Of all the varieties and categories of wine I taste, none spans a wider gamut of high-to-low alcohol levels than rosé. I think that would surprise a lot of people, who tend to associate rosé with light summer sipping, thinking of it as a refreshing quaff for the beach, boat or porch.
And that definitely describes a lot of current rosés, which are light and low in alcohol, many of them made from Pinot Noir or Grenache and Syrah.
But others, especially those made from more tannic grapes like Cabernet Sauvignon, or heavier, fruitier grapes like Zinfandel, Petite Sirah or Carignane, can at times be pretty powerful on the palate, and relatively high in alcohol. I don’t think these are wines one pounds before dinner anymore than their non-rosé counterparts. Just because they’re cold doesn’t mean they’re light.
Even French rosés have a range, from the light wines from Bandol—high in acidity and extremely drinkable—to slightly heavier Rhône Valley Tavel rosés made from Grenache and Cinsault grapes.
Kale Anderson, the winemaker for Pahlmeyer in the Napa Valley, makes his own wines under the brand Kale. For his 2014 rosé, he sourced Grenache and Syrah grapes from Kick Ranch Vineyard in Sonoma County, harvesting the Grenache at 20 brix, pressing the grapes cold and with as little skin contact as possible. He says the juice he gets is clearer and brighter than Sauvignon Blanc juice. He then puts it in concrete egg to ferment, hoping to preserve freshness.
The Syrah, which makes up 15% of the rosé’s blend, is a saignée, which keeps a lot of its color, Fermented in barrels, the best are chosen for the rosé.
All in all, the wine ends up at 12.5% alcohol, a brisk, fresh concoction that would almost disappear if it weren’t for the boldness of the Syrah, the acidity tiptoeing on the edge of a cliff in order to remain stony rather than tart. It’s a risky wine in some sense, one that in the wrong hands, or with the wrong grapes, might just disappear.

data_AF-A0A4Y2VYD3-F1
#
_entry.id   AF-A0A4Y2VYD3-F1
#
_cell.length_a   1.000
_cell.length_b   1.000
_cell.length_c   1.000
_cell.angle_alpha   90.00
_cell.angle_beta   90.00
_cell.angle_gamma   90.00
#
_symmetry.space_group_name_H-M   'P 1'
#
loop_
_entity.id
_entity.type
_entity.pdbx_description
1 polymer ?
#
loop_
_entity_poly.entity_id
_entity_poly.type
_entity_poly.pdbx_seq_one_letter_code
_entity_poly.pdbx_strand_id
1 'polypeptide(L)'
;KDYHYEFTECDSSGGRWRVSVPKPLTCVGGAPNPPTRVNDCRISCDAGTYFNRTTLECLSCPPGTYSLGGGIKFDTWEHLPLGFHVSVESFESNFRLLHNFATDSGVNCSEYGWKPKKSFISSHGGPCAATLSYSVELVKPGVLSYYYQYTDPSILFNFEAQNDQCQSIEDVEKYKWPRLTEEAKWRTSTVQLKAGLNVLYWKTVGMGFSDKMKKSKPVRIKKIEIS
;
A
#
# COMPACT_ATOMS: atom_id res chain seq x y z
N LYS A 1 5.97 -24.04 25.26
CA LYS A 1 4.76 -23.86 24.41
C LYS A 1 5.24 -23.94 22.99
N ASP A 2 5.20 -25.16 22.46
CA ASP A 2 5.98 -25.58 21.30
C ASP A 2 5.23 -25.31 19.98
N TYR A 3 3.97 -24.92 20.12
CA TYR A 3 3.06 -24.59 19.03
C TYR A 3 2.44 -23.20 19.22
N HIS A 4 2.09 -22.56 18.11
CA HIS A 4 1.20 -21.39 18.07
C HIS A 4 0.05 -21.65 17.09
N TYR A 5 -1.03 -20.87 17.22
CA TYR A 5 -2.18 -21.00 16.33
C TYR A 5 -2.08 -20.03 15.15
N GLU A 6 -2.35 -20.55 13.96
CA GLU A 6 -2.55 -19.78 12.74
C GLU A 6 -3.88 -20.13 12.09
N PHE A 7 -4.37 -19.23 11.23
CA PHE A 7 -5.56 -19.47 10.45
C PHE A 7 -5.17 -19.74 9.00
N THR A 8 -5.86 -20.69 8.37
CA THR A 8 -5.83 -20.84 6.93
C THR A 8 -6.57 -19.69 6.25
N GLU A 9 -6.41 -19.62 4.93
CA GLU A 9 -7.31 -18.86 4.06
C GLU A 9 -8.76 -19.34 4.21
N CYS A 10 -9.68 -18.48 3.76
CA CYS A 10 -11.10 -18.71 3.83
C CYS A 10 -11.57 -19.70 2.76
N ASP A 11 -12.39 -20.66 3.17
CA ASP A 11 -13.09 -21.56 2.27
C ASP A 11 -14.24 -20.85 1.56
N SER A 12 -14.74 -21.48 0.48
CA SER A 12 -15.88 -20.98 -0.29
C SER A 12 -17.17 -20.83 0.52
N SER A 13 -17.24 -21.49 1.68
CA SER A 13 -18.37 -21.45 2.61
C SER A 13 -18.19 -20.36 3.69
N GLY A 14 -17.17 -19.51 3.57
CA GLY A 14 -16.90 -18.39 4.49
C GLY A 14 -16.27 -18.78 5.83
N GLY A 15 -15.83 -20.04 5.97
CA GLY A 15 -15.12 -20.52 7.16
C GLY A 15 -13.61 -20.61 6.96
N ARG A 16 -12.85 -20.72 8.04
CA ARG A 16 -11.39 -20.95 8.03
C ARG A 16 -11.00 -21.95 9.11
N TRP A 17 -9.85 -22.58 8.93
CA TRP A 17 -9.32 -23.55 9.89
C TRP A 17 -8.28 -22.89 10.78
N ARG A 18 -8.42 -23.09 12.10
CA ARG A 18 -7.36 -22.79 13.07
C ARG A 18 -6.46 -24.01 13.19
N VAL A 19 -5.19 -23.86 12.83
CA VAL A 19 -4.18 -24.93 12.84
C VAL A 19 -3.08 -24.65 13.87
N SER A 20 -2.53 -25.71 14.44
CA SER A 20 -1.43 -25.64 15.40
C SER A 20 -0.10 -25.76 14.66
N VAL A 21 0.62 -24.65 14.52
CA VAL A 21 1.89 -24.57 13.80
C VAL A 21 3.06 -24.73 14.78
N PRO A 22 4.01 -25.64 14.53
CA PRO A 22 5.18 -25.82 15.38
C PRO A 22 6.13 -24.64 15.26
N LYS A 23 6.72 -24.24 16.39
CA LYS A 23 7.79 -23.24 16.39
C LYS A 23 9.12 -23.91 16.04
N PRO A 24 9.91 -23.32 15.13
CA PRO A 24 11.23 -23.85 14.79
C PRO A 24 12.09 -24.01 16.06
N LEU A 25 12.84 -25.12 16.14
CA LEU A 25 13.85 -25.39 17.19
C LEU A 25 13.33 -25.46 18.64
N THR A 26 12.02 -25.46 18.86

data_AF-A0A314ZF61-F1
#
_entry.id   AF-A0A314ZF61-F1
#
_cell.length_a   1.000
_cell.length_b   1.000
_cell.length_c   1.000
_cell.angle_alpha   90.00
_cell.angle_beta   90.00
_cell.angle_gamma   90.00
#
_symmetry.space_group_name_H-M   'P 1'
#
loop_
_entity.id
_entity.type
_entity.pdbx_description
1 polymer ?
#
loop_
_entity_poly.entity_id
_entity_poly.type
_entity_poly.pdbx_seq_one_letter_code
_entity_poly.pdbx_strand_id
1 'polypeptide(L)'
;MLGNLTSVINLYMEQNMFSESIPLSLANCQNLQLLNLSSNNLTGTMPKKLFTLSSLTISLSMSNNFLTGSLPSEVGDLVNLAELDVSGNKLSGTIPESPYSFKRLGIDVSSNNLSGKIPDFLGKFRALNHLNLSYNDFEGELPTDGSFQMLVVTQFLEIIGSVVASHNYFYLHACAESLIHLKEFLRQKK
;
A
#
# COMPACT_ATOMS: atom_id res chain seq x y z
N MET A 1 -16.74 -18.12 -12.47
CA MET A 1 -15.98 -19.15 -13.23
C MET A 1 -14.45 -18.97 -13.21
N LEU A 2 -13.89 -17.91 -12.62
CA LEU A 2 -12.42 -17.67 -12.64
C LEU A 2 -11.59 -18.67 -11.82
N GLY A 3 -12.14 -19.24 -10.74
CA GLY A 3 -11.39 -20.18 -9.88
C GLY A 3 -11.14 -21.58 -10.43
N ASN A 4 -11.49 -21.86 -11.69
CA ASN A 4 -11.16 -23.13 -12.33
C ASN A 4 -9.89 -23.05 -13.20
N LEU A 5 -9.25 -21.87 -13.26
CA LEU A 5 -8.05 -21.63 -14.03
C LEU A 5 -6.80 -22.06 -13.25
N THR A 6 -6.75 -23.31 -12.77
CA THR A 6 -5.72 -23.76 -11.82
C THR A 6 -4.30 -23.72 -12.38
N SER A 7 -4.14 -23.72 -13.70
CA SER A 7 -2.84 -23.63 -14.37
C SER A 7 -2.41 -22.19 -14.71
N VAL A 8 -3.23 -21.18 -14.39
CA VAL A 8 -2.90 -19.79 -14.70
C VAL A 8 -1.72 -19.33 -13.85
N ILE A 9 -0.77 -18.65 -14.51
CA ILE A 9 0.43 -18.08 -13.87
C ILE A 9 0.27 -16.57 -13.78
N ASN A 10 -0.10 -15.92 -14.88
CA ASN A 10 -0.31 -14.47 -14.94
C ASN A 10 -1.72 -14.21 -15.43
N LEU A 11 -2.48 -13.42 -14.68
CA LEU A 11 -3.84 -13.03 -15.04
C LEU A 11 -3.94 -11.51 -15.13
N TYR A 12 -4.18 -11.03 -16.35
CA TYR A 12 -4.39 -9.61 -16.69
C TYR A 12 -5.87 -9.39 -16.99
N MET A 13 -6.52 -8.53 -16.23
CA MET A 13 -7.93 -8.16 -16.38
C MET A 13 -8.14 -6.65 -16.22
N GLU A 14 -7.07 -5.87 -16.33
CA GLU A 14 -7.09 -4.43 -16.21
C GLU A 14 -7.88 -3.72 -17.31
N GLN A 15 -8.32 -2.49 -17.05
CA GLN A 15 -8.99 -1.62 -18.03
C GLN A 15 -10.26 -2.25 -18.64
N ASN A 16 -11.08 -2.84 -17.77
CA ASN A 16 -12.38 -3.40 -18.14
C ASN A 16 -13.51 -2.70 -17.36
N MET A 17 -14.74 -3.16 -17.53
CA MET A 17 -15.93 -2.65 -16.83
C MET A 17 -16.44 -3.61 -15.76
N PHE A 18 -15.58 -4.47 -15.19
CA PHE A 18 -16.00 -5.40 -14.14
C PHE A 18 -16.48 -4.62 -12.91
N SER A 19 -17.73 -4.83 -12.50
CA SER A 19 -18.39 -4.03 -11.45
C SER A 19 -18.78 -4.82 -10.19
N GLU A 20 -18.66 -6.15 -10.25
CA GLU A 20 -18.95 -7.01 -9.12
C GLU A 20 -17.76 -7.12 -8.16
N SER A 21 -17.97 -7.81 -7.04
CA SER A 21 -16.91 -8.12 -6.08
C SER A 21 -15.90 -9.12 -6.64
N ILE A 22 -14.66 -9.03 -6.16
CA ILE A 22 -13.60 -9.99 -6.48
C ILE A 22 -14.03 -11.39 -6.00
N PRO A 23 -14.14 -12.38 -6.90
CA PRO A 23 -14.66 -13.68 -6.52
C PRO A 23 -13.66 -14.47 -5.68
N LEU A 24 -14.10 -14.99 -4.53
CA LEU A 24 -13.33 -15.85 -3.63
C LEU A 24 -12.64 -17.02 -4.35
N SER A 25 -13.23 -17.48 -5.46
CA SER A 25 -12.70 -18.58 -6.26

Craig Camp at Cornerstone Cellars, on the other hand, makes his Corallina Syrah rosé in a completely different way, calling it a “real rosé, not an afterthought, not leftovers, not for fashion and most decidedly not a saignée.”
He says Corallina is a “Napa Valley rosé with a purpose… a wine made as mindfully as we make any other wine.”
Sourcing from Crane Vineyard in the Oak Knoll District, a relatively cool within the Napa Valley, Camp harvests the fruit cold and presses whole clusters. The juice goes into stainless steel tanks to ferment until dry and spends five months in mature French oak before bottled for summer. It’s listed at 13.8% alcohol.
“While a saignée may be a wonderful idea in the coolest years in the coolest regions like Burgundy and Oregon, it’s a very strange concept in a warm region like the Napa Valley,” Camp says. “Do you really think it’s a good idea to concentrate Napa Valley wine more than Mother Nature already does? I don’t.”
I get his point but most of Sonoma County is not as hot as the Napa Valley in most cases, and the grapes winemakers are using in Sonoma tend to be Pinot Noir and Grenache. I love rosés of all styles, saignée and non, depending on the situation and my mood, what I’ll be eating, or not eating, etc. , but I do like to know what I’m getting into ahead of time. You may too. Here are some I recommend in a range of styles.
Top Summer Rosés in Every Style
Kale 2014 Sonoma County Rosé; $25, 12.5% abv
Angels & Cowboys 2014 Sonoma County Rosé; $15, 12.8% abv
Blackbird 2014 Arriviste Napa Valley Rosé; $25, 12.7% abv
Cornerstone 2014 Corallina Napa Valley Syrah Rosé; $25, 13.8% abv
Quivira 2014 Dry Creek Valley Rosé; $22, 13.3% abv
Uptick 2014 Hilda’s Russian River Valley Rosé; $22, 13.7% abv
Envy 2013 Pink Passion Pinot Napa Valley Rosé; $22, 14% abv
Envy 2013 Pink Passion Cabernet Sauvignon Napa Valley Rosé; $24, 14.1% abv
Sidebar 2014 Russian River Valley Rosé; $25, 14.4% abv
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